Mayan Solitaire Free
There's nothing Mayan about Mayan Solitaire; it just has some graphics that take their cue from Mayan glyphs, but that's okay. I'm also pretty sure the ancient Egyptians didn't play a card game called Egyptian War; and Sudoku, despite having a Japanese-sounding name, was invented by a guy from Indiana.
In Mayan Solitaire the object of the game is to place cards within a pyramid that has four rows and a total of ten spaces--one space for the first row, two for the second row, three for the third, and four for the fourth. The cards range in face value from 1 to 50. You draw the cards at random, and as you turn one up, you have to place it somewhere in the pyramid. But after you play a card, you can't play a card of lower value above it on the pyramid. Thus, ideally, you would play the 50 card at the top of the pyramid, and the 2 (followed by the 1) at the bottom of the pyramid in the right-hand corner. You can play a maximum of two cards on any one space, as long as doing so doesn't violate the sequencing rule.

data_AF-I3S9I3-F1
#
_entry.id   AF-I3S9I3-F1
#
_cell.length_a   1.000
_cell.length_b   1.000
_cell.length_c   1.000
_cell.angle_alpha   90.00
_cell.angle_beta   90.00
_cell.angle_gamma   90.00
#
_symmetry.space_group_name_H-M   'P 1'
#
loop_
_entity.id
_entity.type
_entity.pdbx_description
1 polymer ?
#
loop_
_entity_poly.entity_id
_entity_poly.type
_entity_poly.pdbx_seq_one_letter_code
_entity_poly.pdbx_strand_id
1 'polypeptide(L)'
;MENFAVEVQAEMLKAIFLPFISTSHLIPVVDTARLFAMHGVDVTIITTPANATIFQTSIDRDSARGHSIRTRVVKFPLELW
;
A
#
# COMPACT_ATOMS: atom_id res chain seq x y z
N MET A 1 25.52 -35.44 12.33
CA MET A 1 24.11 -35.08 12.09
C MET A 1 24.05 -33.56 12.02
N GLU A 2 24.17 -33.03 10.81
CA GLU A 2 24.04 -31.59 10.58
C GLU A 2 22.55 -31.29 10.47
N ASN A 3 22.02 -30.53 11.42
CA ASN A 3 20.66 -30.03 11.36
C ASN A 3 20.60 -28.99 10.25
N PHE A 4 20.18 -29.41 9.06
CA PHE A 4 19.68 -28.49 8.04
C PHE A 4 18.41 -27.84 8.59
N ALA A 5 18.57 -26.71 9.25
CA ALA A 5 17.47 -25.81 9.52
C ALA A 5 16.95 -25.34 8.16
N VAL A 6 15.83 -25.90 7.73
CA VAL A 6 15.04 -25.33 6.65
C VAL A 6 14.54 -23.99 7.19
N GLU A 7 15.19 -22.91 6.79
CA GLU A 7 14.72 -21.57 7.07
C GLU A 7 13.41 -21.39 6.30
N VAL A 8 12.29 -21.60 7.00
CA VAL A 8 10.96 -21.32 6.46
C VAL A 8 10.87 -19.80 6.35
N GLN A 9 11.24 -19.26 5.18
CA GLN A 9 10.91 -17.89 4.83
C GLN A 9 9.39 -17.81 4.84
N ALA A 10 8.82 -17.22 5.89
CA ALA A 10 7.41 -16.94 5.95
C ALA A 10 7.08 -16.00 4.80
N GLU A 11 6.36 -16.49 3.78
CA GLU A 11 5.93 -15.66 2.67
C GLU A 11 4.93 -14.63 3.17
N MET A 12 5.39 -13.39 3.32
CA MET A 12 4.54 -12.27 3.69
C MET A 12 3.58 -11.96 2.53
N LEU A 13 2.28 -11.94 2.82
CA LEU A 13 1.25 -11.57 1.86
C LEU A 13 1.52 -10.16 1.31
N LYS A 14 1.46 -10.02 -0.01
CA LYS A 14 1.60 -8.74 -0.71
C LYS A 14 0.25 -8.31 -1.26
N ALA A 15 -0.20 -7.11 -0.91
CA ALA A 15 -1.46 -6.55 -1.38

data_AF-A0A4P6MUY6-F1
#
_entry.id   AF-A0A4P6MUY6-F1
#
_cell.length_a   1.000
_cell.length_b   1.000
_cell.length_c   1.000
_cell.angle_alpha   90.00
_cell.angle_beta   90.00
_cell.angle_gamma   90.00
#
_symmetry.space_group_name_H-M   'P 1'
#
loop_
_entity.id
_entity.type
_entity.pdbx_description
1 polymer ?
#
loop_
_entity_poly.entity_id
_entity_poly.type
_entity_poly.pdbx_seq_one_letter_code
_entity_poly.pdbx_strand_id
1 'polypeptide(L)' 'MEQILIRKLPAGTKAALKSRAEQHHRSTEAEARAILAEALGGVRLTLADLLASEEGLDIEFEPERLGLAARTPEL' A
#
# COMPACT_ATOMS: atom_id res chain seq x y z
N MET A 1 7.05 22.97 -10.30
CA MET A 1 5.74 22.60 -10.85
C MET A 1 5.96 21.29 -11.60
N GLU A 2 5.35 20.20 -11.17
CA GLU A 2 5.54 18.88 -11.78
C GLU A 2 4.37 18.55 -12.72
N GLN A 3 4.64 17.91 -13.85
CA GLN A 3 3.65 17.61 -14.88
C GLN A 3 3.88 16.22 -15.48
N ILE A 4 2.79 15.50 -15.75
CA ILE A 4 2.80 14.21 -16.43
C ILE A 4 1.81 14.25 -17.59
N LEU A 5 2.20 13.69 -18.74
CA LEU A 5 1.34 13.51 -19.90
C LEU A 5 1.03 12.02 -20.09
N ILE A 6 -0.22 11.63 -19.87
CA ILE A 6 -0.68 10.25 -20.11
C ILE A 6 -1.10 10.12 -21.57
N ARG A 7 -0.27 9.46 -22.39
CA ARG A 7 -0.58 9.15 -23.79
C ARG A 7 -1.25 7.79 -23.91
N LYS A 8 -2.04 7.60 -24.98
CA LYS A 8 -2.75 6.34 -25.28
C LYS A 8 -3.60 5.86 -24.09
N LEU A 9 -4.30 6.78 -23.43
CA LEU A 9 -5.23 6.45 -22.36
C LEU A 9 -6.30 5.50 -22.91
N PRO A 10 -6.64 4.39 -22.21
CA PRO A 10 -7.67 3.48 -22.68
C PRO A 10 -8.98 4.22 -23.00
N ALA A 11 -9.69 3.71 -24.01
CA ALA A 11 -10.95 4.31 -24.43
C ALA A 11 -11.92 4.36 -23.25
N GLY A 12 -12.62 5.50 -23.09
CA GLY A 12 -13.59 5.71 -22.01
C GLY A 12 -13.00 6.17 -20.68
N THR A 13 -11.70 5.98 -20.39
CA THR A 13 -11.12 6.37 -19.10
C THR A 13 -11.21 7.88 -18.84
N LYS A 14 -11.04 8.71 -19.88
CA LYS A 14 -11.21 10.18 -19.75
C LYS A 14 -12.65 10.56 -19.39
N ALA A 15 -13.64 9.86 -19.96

Once the pyramid is filled, the app calculates your score, based on how many cards you have left in your deck. With 50 cards total and a maximum of 20 cards you can play on the pyramid spaces, 30 is the best score you can receive. That's all there is to the game. It takes a while to gain a sense of where to place your cards for maximum advantage, though strategy can take you only so far. Ultimately, the game depends on chance, since you draw the cards randomly. It isn't the greatest or most complex game out there, but if you're looking for a way to pass the time with as you wait for the bus, Mayan Solitaire is a good choice.